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Home Rule Study Commission votes to draft a charter

The Lancaster Home Rule Study Commission, at right, meets to decide on drafting a charter at City Hall on Wednesday, Jan. 24, 2024. At the conference table are representatives of the Pennsylvania Economy League. (Photo: Tim Stuhldreher)

Lancaster’s Home Rule Study Commission voted Wednesday evening to proceed with drafting a home rule charter, giving itself the power to craft a new framework of governance for the city and put the result to voters this November.

The vote came about 35 minutes into the meeting and was 7-1 in favor. Member Elizabeth Elias voted against proceeding and member Tony Dastra was absent.

“Now, the real work (begins),” Chairman Brian Adams said after the vote.

One-year anniversary

In coming months, the commission will continue a process begun almost exactly a year ago, when Mayor Danene Sorace, in her 2023 “State of the City” address, proposed home rule as a way to address the city’s structural budget deficit.

The 2024 State of the City address is Thursday evening at The Ware Center, and home rule will be a big part of the discussion, Sorace said after Wednesday’s vote.

“I’m pleased with the outcome of tonight’s decision,” she said, “and we have much work ahead.”

The commission has from now until roughly August to draft a charter. It then has September and October to educate the public, leading up to Election Day, Tuesday, Nov. 5, when a referendum on the charter will be put to city voters.

Up to now, the commission has been studying the city’s governmental structure and operations, a process that began in June. The Pennsylvania Economy League, a nonprofit government consulting group, has been providing information and guidance, and will continue doing so.

In comments before the vote, commission member Peter Barber advised his colleagues to take a “broad view” and not to get caught up in minutiae. Voting to draft a charter doesn’t commit the commission to a particular result, just to exploring possible changes, he said.

Member Carl Feldman said the process gives Lancaster “an opportunity to try and take back a bit of control” and preserve its government’s ability to deliver high-quality services. Chairman Adams said he was “flabbergasted” at how little control state government gives municipalities: Localities deserve the right to steer themselves, he said.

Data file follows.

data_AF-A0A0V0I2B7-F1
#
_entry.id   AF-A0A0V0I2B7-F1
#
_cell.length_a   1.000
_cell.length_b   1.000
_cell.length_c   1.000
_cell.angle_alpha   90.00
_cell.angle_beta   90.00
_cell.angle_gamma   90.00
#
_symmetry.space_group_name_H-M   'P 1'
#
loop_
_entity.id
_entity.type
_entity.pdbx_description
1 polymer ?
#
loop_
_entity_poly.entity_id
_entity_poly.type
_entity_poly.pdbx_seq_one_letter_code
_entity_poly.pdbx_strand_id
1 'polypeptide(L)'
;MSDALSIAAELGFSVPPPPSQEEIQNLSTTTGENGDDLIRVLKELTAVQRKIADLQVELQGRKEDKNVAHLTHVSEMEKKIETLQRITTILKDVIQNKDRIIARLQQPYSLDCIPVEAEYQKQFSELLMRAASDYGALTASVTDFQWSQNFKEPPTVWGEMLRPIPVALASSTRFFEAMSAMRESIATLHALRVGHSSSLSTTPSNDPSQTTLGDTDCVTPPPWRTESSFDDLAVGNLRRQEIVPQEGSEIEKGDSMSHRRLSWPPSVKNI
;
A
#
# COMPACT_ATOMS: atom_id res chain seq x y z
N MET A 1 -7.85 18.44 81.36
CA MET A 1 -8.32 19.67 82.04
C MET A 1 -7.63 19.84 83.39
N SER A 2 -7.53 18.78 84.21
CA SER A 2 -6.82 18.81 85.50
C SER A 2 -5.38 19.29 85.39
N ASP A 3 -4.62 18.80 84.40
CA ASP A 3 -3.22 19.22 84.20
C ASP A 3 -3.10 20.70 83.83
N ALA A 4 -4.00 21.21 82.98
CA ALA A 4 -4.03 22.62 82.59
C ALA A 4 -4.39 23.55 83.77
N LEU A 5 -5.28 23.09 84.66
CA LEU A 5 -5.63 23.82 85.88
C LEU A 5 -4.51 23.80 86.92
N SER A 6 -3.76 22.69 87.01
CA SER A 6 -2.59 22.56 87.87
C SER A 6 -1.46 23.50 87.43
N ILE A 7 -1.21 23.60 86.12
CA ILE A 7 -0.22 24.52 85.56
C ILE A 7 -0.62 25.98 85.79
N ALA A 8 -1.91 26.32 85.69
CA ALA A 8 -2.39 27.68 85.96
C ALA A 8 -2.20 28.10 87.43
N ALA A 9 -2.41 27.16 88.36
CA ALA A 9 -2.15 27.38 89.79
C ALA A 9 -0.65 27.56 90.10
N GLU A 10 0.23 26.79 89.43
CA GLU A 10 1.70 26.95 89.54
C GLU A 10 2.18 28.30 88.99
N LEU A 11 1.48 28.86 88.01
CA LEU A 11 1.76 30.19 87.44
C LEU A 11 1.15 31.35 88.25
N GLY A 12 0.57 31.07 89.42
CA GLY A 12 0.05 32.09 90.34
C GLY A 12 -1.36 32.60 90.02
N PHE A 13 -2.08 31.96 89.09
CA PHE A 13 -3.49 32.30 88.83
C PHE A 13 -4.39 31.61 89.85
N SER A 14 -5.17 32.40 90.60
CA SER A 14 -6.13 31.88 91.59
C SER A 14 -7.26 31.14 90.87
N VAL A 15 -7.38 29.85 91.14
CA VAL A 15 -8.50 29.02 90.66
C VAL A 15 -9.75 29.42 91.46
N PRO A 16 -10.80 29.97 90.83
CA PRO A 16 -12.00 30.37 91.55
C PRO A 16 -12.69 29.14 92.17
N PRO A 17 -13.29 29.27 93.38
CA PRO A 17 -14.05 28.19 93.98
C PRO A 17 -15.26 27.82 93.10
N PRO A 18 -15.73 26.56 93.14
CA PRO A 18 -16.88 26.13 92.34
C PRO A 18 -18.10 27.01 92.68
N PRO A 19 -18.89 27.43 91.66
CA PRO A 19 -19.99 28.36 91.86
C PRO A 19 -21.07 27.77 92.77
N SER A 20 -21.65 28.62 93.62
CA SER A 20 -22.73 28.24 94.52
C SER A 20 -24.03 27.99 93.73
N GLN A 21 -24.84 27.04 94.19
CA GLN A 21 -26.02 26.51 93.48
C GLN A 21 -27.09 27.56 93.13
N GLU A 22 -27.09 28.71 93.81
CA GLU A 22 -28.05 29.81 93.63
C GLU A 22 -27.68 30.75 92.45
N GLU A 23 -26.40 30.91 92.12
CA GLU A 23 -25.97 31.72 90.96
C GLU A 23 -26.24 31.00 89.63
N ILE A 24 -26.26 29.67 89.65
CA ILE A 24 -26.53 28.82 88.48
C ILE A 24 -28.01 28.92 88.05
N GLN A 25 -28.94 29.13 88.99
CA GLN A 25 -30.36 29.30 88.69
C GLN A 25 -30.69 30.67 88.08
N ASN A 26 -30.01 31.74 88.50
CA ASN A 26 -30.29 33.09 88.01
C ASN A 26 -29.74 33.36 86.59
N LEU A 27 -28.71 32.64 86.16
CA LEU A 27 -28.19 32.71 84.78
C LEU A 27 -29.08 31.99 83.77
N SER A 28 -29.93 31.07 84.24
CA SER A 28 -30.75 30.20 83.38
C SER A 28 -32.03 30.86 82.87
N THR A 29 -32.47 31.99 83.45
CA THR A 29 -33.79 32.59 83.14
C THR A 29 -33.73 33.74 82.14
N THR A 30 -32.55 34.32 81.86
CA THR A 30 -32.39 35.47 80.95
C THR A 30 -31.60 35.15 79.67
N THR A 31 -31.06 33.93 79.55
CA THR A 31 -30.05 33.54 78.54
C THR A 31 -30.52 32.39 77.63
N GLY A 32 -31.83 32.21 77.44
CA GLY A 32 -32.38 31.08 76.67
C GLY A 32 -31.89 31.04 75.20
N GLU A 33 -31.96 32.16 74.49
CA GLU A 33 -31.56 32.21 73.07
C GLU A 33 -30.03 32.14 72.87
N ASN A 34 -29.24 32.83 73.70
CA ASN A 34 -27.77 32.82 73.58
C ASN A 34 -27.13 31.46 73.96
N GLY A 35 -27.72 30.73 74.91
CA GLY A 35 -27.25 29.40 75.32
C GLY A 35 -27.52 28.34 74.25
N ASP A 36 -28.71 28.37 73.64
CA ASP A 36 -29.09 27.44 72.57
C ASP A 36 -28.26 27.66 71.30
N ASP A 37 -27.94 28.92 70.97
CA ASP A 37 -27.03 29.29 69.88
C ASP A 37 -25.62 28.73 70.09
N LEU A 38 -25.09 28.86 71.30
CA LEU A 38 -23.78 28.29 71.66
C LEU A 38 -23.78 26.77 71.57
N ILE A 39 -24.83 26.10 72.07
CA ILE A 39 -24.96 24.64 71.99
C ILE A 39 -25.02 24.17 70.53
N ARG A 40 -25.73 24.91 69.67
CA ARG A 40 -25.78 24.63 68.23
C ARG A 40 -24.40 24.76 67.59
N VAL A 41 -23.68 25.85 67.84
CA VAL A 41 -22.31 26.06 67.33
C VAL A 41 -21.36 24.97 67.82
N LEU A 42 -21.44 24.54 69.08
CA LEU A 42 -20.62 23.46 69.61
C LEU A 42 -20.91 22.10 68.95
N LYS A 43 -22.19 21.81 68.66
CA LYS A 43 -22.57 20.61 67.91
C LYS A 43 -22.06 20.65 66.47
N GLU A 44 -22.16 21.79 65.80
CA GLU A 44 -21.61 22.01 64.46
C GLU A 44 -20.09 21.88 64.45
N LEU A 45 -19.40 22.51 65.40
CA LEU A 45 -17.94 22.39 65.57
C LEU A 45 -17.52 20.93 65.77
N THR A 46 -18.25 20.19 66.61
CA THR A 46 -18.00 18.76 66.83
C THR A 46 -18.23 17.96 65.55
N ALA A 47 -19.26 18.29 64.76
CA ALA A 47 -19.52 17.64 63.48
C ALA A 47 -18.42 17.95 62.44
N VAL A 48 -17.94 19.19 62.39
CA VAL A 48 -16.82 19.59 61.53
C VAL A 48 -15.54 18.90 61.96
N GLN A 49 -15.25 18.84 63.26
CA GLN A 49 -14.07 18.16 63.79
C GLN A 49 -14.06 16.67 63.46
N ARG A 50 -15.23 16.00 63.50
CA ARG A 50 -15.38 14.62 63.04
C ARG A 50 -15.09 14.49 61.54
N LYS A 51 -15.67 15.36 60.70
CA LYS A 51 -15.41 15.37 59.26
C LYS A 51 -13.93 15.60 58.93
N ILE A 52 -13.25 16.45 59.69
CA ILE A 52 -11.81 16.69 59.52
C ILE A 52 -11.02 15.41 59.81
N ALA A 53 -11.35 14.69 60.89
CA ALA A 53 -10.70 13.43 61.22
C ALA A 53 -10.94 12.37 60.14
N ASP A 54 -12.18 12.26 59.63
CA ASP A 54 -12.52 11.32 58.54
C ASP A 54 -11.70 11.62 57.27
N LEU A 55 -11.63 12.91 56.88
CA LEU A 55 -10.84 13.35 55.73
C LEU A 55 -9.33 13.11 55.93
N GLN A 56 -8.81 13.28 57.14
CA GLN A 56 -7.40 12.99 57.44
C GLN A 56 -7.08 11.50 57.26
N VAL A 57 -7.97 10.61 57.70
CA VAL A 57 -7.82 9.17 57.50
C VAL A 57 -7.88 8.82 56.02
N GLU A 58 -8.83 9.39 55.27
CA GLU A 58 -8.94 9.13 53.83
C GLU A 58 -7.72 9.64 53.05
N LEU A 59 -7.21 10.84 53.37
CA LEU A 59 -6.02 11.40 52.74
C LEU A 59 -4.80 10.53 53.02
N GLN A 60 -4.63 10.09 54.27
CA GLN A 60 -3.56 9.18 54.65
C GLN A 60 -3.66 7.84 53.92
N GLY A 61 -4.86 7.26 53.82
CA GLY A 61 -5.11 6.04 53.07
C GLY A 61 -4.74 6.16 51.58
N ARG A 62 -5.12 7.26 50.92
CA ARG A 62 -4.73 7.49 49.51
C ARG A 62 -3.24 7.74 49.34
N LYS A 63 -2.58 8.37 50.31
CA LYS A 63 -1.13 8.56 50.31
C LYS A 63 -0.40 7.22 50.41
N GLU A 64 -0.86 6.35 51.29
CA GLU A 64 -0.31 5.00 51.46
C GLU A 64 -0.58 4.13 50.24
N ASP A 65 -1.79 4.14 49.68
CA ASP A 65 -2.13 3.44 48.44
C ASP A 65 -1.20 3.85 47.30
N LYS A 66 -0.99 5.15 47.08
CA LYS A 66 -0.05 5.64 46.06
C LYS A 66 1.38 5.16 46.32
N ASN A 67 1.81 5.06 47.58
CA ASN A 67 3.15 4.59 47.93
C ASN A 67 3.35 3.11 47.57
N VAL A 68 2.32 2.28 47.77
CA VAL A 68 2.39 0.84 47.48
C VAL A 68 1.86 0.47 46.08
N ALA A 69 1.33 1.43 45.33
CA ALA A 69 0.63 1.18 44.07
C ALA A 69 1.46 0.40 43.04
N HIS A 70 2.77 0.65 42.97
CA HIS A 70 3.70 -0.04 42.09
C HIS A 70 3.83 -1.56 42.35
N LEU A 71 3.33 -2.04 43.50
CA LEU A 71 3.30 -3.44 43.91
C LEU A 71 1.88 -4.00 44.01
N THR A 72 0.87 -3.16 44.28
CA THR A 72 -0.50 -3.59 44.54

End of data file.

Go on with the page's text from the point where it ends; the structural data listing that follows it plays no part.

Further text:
Adams and other commissioners stressed that the public will have every opportunity to be involved, as has been the case so far, and will have the ultimate say when the charter is put to a referendum in November.

Elias, the “nay” vote, said simply that she hadn’t heard enough to convince her to vote otherwise.

Among other things, a home rule charter would allow City Council to raise the earned income tax rate, or EIT. The rate is currently 1.1%, with 0.6% going to the city and 0.5% going to the School District of Lancaster.

However, if that’s the only change the charter makes, “it’s something I won’t support,” member Darlene Byrd said. City residents deserve more, she said.

Among the things she’d like to see implemented: A code of conduct, greater power for City Council, mandated quarterly budget discussions and more.

“I see the charter as giving us these opportunities,” she said.

Mayor Sorace and other city officials have said that raising more revenue through the EIT would allow the city to address its structural deficit in a more equitable than continuing to resort to property tax hikes.

During public comment, one audience member spoke, Mimi Shapiro, who said she’s “definitely” in favor of the commission moving forward. Adams read into the record an email from city resident Tom Hassler, also in favor of proceeding.

What’s next

The commission had been scheduled to convene next on Thursday, Feb. 1, but that meeting was canceled in light of Wednesday’s vote. Members agreed that Adams would determine their availability via email and schedule the next meeting. It will be publicly advertised and scheduled within the next couple of weeks, and the commission will move to a twice-a-month schedule, Adams said.

The commission intends to hear from PEL what the drafting process entails and how to subdivide it, then form subcommittees. They will be subject to the same Sunshine Law strictures as the commission itself, Solicitor Barry Handwerger said: Their meetings must be held in public and advertised in advance.

Mayor Sorace said the city will provide the commission access to the consulting firm PFM, whose analysis of city finances and operations will be helpful in the commission’s deliberations.

Vice Chairwoman Amy Ruffo said she would reach out to Franklin & Marshall College and its Center for Politics & Public Affairs about assisting with public engagement. The center has expertise in conducting surveys and deliberative forums, ideas the commission has entertained as ways of bolstering public input.

Speaking after the meeting, Sorace said her administration will be providing recommendations to the commission in coming weeks and months. She declined to elaborate, saying they are still being debated and refined.